Aeronautical Personnel

This topic deals in a general way with the classification of Aeronautical Personnel as an integral part within the aeronautical industry, as applied in ICAO Annex 1.


Although the aeronautical industry was born from the inventiveness and dreams of men.  Its evolution was marked by the need to transport long distances in the shortest possible time. However, the first evolutionary stage of this industry is not marked by this need but for being primarily used for territorial defense and sovereignty in the first world conflicts.

After these conflicts and with new technology already proven in them, man’s need resumes its course and the geographic expansion added to the social demographic increase factor pushes the industry to be placed for many years as the preferred means of road communication in the world.

Today the fact that the aviation industry is a preferred means of communication remains a latent reality but the industry would not have been born or evolved to what we know today without a number of vital elements that have been involved since the first flight of a heavier-than-air machine was documented.

For this topic we will restrict ourselves to only one of those elements of all those that we could mention, the human factor, this factor is treated as “people” or “aeronautical personnel” working in different areas of the industry.

Classification of Aeronautical Personnel:

Aeronautical personnel can be classified into those who require a license or rating to perform a specific job and those who do not.

In the case of the first classification, the contracting states have adopted the regulations of ICAO Annex 1, “which is applicable to all applicants and, in the case of renewals, to all holders of the licenses and ratings specified therein“.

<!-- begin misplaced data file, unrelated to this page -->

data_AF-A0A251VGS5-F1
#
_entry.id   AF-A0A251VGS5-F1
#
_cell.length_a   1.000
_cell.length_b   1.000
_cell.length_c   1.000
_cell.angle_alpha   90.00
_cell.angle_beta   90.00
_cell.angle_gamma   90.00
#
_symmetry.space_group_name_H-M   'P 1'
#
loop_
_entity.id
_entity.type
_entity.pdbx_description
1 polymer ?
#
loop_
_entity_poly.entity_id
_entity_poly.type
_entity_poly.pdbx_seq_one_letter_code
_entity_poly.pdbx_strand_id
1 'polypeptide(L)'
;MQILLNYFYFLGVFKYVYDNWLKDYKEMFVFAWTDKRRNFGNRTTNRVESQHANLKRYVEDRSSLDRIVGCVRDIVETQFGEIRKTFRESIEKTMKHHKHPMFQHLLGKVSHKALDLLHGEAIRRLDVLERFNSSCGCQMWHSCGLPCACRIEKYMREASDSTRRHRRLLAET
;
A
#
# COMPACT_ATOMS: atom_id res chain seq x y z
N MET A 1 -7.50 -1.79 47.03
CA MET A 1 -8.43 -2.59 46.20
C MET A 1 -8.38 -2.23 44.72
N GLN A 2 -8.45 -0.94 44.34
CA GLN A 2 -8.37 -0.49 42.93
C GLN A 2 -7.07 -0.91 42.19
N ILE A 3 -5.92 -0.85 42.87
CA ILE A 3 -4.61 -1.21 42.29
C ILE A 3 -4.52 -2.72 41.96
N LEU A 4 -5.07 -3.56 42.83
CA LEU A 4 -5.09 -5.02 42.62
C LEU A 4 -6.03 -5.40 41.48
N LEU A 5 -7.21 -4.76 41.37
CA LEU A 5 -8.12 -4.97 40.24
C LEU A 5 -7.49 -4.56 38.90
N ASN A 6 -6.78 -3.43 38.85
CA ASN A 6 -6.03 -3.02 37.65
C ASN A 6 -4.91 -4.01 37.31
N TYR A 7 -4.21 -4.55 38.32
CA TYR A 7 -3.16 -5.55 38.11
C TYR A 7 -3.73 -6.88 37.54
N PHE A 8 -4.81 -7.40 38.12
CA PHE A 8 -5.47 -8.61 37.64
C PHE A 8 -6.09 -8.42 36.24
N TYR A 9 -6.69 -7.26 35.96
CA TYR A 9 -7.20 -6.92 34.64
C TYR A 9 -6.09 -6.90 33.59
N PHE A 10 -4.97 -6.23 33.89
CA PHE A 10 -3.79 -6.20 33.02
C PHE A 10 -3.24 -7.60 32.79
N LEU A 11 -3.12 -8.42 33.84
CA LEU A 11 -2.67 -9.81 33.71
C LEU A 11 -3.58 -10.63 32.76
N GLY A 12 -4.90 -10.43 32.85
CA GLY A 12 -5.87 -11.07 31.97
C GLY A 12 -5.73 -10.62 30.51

a) Licenses or certificates provided by ICAO for Aeronautical Personnel

Annex 1 establishes international standards and recommended methods for the granting of licenses to the following personnel:

i.Flight crew

– Private pilot – airplane, blimp, helicopter or vertical take-off aircraft;

– Commercial pilot – airplane, blimp, helicopter or vertical takeoff aircraft;

– Multi-crew aircraft pilot – airplane;

– Airline transport pilot – airplane, airship, helicopter or vertical takeoff aircraft;

– Glider pilot;

– Free balloon pilot;

– Navigator;

– On-board mechanic.

ii.Other personnel

– Aircraft maintenance (technician/mechanic);

– Air traffic controller;

– Flight operations manager/flight dispatcher;

– Aeronautical station operator.

b) Personnel not requiring a license:

People who do not require a license are all those who do not operate, maintain, or work directly with the aircraft that is why they are not recognized as aeronautical personnel within Annex 1, however, the operation of an aircraft especially in the commercial part requires personnel who work or exercise a specific task in the areas of: service, education, logistics, administrative and even operational so that it can be developed effectively and safely according to the applicable standards.

A good example of these people who do not require a license, but it would be too risky to get rid of them, are the people who work in AVSEC. They should take ANNEX 17 as regulatory guidance to minimize the incalculable safety risks to commercial aviation.

Note: security and safety are two definitions that have their own working context for aeronautical personnel.